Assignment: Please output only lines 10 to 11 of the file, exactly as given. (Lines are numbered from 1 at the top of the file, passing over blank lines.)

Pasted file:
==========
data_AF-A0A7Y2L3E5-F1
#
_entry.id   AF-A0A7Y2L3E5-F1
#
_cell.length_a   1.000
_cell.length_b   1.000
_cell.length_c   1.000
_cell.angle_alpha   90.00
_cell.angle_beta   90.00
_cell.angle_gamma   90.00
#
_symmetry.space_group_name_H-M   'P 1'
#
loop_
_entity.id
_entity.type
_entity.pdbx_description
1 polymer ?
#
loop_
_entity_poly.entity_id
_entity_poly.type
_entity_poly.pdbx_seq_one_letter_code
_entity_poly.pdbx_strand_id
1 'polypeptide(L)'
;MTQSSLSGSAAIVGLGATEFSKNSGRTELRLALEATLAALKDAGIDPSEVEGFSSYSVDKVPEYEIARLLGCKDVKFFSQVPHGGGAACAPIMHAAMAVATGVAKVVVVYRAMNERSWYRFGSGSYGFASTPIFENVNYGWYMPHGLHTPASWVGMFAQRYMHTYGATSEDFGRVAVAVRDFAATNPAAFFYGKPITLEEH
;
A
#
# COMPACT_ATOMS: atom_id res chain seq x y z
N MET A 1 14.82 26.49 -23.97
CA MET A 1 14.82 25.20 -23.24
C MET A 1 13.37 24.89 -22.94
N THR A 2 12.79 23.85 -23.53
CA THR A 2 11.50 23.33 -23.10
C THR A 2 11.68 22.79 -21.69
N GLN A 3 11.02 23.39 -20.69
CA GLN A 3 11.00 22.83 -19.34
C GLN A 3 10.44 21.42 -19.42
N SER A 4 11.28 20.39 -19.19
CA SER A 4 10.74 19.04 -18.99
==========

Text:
_cell.angle_gamma   90.00
#